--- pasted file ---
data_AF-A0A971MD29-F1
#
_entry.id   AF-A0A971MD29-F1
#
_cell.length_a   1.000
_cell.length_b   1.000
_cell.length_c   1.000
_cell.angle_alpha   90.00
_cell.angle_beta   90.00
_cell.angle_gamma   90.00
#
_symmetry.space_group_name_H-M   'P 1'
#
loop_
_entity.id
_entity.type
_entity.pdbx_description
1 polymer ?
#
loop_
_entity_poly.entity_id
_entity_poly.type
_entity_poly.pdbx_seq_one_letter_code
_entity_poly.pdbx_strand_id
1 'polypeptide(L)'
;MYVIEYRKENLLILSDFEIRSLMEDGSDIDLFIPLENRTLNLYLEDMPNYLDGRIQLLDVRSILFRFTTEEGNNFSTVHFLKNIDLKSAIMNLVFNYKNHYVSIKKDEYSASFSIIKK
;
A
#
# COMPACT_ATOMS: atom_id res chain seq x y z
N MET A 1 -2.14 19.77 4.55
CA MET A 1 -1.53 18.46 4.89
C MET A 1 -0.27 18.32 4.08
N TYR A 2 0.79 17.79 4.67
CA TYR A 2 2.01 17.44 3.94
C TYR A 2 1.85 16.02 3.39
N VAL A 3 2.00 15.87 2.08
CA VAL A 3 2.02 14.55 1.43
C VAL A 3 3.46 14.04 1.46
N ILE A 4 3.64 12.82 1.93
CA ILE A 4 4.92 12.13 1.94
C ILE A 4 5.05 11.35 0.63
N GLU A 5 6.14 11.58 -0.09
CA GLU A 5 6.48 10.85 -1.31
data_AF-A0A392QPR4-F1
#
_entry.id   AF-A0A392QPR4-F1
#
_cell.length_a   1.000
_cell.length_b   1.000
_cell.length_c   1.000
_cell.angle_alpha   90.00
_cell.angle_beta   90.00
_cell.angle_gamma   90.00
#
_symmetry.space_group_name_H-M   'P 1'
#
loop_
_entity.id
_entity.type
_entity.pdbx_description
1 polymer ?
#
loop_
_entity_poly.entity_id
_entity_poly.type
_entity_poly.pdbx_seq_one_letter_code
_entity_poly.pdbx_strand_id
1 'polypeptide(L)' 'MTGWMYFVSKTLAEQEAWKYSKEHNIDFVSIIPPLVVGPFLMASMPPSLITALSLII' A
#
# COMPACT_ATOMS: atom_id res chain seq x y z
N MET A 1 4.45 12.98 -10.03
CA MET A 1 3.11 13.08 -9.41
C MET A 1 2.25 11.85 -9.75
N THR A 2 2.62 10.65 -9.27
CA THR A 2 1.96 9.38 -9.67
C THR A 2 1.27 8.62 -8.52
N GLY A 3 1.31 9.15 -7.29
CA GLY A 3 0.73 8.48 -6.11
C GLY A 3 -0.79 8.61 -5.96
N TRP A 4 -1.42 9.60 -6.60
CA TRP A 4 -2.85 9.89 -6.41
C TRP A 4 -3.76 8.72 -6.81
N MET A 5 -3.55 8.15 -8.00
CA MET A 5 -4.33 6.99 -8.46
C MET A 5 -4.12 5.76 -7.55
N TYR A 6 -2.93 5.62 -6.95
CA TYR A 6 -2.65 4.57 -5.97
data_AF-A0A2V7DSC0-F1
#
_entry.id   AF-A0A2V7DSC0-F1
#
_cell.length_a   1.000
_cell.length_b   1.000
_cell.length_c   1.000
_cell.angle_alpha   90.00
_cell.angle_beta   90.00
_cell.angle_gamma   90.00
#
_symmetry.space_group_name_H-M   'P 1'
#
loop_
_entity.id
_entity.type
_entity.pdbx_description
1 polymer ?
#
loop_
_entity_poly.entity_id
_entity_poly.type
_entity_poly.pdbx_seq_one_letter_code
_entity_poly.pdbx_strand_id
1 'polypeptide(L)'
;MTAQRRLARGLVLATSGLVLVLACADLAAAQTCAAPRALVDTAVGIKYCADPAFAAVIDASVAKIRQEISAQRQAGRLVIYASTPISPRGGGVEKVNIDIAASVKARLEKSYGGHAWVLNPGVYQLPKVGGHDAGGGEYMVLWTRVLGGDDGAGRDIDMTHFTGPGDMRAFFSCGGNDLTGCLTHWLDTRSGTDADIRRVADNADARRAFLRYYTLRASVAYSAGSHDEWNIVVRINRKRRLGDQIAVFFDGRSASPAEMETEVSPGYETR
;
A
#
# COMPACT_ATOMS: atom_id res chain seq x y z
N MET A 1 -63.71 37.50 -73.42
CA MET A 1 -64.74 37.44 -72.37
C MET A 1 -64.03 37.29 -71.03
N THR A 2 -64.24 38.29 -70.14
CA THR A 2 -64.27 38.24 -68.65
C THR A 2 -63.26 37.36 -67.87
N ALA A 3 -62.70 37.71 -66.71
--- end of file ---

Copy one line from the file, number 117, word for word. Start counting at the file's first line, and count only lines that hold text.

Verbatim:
#